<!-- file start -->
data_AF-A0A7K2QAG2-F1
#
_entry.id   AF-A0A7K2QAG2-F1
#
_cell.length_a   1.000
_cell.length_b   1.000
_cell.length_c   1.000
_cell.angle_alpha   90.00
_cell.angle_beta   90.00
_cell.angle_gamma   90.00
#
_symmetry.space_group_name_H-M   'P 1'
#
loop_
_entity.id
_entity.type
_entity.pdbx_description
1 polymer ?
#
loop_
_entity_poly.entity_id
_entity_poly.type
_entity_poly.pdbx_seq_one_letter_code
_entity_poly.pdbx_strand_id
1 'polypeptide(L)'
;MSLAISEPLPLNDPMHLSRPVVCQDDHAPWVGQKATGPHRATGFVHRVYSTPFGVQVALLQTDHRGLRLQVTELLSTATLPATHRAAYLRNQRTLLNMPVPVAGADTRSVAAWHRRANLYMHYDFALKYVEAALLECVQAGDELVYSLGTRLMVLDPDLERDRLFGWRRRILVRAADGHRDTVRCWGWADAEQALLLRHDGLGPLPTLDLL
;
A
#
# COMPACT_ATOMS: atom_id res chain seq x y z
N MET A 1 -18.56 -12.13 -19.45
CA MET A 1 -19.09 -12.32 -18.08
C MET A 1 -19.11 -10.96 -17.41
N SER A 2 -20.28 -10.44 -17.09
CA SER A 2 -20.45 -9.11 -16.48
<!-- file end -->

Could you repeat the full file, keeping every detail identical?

data_AF-A0A7K2QAG2-F1
#
_entry.id   AF-A0A7K2QAG2-F1
#
_cell.length_a   1.000
_cell.length_b   1.000
_cell.length_c   1.000
_cell.angle_alpha   90.00
_cell.angle_beta   90.00
_cell.angle_gamma   90.00
#
_symmetry.space_group_name_H-M   'P 1'
#
loop_
_entity.id
_entity.type
_entity.pdbx_description
1 polymer ?
#
loop_
_entity_poly.entity_id
_entity_poly.type
_entity_poly.pdbx_seq_one_letter_code
_entity_poly.pdbx_strand_id
1 'polypeptide(L)'
;MSLAISEPLPLNDPMHLSRPVVCQDDHAPWVGQKATGPHRATGFVHRVYSTPFGVQVALLQTDHRGLRLQVTELLSTATLPATHRAAYLRNQRTLLNMPVPVAGADTRSVAAWHRRANLYMHYDFALKYVEAALLECVQAGDELVYSLGTRLMVLDPDLERDRLFGWRRRILVRAADGHRDTVRCWGWADAEQALLLRHDGLGPLPTLDLL
;
A
#
# COMPACT_ATOMS: atom_id res chain seq x y z
N MET A 1 -18.56 -12.13 -19.45
CA MET A 1 -19.09 -12.32 -18.08
C MET A 1 -19.11 -10.96 -17.41
N SER A 2 -20.28 -10.44 -17.09
CA SER A 2 -20.45 -9.11 -16.48